If you have a pending PPP loan application at a large bank where you have no idea of the status, or if you have not even applied yet for PPP, you should consider using a community bank or smaller financial institution instead and should get your application submitted before the House votes on Thursday, as I would expect the newly approved funds to be gone within a matter of days.
$60 Billion Set-Aside for Community Banks and Smaller Credit Unions
One important provision of the new funding measure is that $60 billion is specifically set aside for community banks and smaller credit unions. Specifically, $30 billion is set aside for financial institutions with $50 billion to $10 billion in assets and another $30 billion is set aside for financial institutions with under $10 billion in assets. This makes the community banks and smaller credit unions even more attractive places to obtain a PPP loan, as the larger banks may claim the other $250 billion within a day or two of the SBA opening back up their E-Tran System to get PPP loans approved. It's quite possible that the community banks and smaller credit unions may still be processing loans after the large banks tap the $250 billion they can allocate from.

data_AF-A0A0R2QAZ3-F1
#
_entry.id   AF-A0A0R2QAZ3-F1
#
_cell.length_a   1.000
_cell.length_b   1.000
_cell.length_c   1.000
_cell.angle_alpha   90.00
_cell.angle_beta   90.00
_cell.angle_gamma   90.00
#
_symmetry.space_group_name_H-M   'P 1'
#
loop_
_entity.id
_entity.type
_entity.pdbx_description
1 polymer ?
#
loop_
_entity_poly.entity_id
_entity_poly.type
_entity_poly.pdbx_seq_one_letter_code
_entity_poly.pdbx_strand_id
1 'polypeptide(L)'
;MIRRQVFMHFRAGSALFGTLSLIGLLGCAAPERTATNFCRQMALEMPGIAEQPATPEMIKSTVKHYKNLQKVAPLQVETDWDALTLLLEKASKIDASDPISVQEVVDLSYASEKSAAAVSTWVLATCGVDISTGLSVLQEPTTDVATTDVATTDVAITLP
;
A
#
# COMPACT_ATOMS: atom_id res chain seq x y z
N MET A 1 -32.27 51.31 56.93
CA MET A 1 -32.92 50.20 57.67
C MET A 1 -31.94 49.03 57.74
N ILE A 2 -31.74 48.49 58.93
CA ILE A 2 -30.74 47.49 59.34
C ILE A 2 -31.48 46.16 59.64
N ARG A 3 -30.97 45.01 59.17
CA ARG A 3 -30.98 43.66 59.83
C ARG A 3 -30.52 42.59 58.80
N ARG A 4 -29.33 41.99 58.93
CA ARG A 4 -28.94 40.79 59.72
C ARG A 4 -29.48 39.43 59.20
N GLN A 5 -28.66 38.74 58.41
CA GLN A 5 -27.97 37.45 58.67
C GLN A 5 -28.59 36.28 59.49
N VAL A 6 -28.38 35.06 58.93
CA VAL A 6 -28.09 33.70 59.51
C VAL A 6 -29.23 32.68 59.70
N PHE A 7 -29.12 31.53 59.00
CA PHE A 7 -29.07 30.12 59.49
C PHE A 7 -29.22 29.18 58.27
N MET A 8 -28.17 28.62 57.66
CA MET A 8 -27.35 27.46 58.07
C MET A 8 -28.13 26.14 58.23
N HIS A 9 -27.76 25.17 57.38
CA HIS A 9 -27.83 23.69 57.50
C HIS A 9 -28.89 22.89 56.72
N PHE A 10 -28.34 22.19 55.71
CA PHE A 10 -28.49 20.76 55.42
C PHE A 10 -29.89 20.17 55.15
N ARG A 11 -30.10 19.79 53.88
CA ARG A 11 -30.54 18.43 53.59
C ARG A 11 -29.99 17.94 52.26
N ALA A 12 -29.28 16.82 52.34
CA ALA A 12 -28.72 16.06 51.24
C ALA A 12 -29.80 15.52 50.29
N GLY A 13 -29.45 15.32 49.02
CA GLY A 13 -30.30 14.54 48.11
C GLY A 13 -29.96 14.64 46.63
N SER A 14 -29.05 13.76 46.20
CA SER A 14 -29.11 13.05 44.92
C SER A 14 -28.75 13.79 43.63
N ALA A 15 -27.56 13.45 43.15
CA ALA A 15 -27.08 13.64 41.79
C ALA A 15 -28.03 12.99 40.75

Additional $10 Billion For Economic Injury Disaster Loans
The new funding measure approved by the Senate also includes an additional $10 billion for the Economic Injury Disaster Loan (EIDL) program. EIDLs are typically issued in the aftermath of natural disasters such as hurricanes, fires or earthquakes and provide a $10,000 immediate grant to small businesses that have been financially impacted, as well as low-interest loans up to $2 million. Given the overwhelming demand for the $10,000 grant and EIDL loan, the SBA last week limited the $10,000 grant to be paid to businesses based on a $1,000-per-employee formula up to 10 employees.
By moving to a per-employee calculation, the SBA left out many small landlords and rental-property owners who do not have payroll and could not participate in PPP and were counting on some assistance from an EIDL. It is unclear at this point how the SBA will use the additional $60 billion for the EIDL program. Presumably, they will use it under the same $1,000-per-employee methodology put into place last week, but there have been no announcements yet.
The PPP is still the best stimulus option for small-business owners to keep their employees on payroll. The demand for funds shows how necessary the initiative is and how badly small-business owners are being affected. These funds will run out, and they are first-come, first-serve, so make sure your application is submitted and ready to approve before the SBA opens back up for funding.